Asia is pulling ahead in the AI race – but are ethics being prioritized?

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Globally, future outlooks for artificial intelligence (AI) swing between two extremes—excited anticipation about the positive impact AI will have on economies and societies, and deepening fear of its potential to disrupt livelihoods and do harm.

This report, the fourth in our “Asia’s AI agenda” series, combines an Asia-wide executive survey with expert interviews from industry, government, and academia, and takes the pulse of public and private actors in the AI ethics debate in the region.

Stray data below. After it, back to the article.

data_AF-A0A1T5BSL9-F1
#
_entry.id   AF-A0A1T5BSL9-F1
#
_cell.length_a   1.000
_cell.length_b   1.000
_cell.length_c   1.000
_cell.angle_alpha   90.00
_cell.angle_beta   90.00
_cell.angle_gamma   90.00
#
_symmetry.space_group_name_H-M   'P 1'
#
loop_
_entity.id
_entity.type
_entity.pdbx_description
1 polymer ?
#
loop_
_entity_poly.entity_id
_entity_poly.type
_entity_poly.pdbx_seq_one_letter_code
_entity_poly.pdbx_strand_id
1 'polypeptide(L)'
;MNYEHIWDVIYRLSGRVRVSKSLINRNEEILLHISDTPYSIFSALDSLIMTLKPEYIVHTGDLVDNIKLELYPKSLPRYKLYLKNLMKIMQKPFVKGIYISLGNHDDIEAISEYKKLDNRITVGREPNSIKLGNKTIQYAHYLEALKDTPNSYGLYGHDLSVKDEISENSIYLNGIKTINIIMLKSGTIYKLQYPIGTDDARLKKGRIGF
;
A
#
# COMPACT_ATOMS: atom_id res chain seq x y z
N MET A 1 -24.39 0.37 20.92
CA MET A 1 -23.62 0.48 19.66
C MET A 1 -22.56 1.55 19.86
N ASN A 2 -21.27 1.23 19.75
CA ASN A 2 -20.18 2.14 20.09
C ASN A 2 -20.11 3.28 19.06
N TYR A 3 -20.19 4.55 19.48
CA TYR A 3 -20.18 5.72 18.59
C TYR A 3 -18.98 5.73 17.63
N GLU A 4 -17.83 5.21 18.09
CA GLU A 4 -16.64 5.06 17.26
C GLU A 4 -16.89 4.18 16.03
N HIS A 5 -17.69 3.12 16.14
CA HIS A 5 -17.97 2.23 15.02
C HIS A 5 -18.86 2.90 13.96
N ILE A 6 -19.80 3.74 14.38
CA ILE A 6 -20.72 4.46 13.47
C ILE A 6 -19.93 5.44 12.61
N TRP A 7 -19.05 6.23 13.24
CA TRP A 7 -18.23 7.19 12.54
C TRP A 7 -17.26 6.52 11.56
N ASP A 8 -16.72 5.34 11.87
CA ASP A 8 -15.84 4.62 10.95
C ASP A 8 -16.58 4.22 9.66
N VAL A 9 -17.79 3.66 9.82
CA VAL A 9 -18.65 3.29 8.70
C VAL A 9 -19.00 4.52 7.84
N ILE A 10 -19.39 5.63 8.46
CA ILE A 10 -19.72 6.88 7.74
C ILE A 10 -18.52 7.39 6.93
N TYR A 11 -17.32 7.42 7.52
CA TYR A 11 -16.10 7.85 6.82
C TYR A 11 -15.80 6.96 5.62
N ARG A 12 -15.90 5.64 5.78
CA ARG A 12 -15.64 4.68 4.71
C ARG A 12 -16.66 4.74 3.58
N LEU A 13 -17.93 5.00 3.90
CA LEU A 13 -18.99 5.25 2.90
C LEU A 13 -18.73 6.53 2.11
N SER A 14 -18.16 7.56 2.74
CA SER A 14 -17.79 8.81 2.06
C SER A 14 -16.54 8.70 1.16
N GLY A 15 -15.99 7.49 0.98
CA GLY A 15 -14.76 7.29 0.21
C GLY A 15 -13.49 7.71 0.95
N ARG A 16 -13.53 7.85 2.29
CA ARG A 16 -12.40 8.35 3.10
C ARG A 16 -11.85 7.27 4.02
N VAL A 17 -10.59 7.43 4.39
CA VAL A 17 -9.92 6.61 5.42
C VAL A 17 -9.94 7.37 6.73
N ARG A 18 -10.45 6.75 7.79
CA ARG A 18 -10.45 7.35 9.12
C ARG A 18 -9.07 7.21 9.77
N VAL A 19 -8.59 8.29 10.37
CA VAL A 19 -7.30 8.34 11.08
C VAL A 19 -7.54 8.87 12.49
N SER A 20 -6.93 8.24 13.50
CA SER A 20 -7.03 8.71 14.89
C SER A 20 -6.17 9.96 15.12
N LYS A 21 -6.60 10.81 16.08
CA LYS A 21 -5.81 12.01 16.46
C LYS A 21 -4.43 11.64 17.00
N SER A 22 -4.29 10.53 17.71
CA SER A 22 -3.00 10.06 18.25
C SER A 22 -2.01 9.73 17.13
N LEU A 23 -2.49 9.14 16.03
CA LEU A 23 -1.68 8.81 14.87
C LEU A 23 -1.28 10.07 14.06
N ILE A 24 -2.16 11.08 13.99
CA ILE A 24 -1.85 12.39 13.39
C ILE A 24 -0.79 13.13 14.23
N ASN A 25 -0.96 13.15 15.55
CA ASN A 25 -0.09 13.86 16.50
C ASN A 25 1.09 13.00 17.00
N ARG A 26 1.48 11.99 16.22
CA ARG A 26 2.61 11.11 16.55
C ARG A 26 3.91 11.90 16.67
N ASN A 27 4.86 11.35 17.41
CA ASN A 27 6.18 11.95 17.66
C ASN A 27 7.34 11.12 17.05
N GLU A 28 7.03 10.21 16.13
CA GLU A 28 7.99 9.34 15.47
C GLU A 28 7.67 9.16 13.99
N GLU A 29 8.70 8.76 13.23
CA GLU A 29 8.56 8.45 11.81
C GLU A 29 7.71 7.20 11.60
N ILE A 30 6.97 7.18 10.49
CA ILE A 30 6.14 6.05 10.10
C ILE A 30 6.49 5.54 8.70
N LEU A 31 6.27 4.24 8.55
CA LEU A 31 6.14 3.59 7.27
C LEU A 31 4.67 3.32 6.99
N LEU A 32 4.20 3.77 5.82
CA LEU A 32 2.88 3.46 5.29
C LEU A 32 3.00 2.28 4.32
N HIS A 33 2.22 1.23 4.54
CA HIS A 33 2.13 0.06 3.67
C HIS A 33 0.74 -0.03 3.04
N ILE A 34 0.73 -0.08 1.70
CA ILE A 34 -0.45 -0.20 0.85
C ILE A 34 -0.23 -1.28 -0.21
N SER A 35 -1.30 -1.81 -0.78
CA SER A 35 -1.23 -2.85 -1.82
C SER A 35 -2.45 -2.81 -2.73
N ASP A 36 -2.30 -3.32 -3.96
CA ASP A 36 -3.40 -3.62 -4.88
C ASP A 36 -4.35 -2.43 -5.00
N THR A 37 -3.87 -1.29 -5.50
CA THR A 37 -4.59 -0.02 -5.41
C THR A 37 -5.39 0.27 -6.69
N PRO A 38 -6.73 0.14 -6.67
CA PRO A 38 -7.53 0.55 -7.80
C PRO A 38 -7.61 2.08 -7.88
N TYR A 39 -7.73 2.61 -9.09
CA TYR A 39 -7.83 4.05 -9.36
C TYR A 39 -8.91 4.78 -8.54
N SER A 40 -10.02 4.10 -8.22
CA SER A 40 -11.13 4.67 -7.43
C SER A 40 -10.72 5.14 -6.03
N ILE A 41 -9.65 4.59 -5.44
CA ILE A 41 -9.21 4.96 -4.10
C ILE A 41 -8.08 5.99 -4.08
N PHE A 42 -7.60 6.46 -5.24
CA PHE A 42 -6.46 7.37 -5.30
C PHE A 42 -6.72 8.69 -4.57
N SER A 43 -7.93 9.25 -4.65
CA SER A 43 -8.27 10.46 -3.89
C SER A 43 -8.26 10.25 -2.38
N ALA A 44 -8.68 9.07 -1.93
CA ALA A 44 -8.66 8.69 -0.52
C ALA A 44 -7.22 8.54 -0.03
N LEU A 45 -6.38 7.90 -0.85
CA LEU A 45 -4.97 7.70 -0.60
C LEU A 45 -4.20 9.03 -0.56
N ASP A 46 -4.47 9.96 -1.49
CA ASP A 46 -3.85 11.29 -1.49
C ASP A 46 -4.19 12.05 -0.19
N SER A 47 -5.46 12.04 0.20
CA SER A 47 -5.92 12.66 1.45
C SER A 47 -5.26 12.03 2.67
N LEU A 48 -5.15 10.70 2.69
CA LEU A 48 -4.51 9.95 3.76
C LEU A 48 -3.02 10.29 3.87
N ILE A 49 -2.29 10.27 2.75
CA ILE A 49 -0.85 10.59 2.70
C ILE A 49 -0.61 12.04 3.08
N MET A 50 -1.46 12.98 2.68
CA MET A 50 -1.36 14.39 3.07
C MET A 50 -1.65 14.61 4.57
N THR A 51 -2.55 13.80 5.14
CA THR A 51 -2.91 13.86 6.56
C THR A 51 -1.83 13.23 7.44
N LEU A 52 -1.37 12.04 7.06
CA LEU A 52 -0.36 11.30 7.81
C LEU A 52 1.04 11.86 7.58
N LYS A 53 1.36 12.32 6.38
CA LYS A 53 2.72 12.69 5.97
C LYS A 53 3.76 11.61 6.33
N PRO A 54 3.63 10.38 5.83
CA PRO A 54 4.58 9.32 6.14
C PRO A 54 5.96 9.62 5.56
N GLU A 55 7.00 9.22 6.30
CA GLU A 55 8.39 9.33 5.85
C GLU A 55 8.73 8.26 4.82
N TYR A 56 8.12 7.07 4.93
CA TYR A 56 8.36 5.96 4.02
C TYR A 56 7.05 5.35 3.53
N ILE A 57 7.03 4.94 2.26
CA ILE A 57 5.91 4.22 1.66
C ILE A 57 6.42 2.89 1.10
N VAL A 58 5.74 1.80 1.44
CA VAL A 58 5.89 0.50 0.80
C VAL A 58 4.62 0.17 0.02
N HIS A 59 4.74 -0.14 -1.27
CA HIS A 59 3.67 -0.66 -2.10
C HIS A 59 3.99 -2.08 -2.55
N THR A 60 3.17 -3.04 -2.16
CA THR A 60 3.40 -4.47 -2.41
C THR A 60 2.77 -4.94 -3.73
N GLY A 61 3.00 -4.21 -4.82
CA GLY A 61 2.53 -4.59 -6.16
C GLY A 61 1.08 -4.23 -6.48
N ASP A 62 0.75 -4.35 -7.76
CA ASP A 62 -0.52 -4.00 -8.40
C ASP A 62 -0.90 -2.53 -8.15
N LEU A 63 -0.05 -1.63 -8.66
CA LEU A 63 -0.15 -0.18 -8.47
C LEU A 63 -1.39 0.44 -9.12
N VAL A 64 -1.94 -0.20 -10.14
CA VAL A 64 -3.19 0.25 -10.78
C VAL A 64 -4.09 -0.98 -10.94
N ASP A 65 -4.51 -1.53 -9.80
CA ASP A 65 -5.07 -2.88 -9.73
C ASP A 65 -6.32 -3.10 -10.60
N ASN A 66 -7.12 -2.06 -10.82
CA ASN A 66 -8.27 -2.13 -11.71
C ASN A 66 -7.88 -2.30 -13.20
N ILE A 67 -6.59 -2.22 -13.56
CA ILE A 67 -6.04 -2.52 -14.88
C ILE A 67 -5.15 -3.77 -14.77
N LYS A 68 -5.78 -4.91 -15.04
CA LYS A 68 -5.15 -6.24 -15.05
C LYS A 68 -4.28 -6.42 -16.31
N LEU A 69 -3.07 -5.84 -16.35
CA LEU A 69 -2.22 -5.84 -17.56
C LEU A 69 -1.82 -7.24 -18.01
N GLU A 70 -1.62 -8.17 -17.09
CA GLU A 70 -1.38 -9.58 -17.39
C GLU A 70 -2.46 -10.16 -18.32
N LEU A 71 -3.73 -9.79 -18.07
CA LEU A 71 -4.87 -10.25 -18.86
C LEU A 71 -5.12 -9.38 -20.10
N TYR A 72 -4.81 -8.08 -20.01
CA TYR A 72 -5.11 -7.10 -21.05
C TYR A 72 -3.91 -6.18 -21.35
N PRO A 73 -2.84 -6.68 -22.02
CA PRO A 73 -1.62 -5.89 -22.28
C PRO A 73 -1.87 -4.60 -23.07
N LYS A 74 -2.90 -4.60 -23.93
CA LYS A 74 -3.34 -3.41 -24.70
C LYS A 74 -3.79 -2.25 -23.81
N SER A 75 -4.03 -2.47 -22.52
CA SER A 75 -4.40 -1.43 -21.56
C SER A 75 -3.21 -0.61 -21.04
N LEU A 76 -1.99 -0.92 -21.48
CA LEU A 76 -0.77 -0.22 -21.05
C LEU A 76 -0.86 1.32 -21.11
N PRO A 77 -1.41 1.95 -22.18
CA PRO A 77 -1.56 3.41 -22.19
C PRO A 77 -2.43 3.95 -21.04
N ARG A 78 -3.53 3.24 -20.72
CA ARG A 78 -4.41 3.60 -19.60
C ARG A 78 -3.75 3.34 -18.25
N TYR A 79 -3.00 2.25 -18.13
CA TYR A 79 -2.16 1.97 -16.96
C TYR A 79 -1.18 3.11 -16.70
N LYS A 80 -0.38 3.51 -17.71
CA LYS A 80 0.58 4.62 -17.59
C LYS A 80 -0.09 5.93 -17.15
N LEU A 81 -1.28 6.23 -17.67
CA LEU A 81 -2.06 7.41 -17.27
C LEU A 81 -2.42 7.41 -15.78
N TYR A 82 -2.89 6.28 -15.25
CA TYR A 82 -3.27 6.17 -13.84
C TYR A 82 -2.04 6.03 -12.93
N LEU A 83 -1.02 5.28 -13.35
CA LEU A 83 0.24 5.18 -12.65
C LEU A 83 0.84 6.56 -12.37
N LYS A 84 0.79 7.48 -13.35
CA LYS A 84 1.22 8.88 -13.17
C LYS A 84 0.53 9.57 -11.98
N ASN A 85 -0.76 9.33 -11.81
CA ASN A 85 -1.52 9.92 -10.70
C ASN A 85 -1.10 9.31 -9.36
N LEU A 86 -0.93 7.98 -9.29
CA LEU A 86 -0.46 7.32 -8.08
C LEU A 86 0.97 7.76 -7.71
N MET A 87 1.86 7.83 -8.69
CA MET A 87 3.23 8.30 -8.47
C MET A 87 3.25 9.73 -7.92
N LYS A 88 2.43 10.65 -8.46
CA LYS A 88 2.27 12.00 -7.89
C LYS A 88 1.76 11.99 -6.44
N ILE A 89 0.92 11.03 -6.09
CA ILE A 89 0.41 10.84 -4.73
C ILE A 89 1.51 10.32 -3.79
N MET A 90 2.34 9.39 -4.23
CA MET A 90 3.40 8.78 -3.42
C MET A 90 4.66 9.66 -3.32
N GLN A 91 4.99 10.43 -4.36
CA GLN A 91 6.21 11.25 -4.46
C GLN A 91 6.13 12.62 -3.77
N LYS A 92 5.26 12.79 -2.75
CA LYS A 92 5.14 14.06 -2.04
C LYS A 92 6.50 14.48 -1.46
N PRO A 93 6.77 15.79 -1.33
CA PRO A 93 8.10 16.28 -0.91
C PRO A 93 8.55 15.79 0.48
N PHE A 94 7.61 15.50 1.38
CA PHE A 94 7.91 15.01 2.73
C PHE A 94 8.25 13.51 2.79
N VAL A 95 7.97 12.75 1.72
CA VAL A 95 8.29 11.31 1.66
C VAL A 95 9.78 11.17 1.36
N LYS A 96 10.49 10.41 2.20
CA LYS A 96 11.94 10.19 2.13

Here are the key findings of the report:

Biases within AI tools are potentially dangerous for Asia—but biases about AI’s use in Asia could be even more so. Asia’s AI ecosystem participants are aware of and concerned about the potential for embedded biases (race, gender, or socioeconomic status) within AI tools, and the harm this can cause through facilitating overpolicing of minority communities, or economic exclusion. Weaponization and malicious use of AI are also ethical concerns in Asia as applications are increasingly commoditized and industrialized. While Asian decision-makers are concerned about a potentially negative impact, particularly where jobs are concerned, optimism is the more dominant sentiment, which will propel the use of AI in Asia.

Related article:  Viewpoint: AI has one glaring weakness in health care: There's no human touch

Read full, original post: Asia’s AI agenda: The ethics of AI

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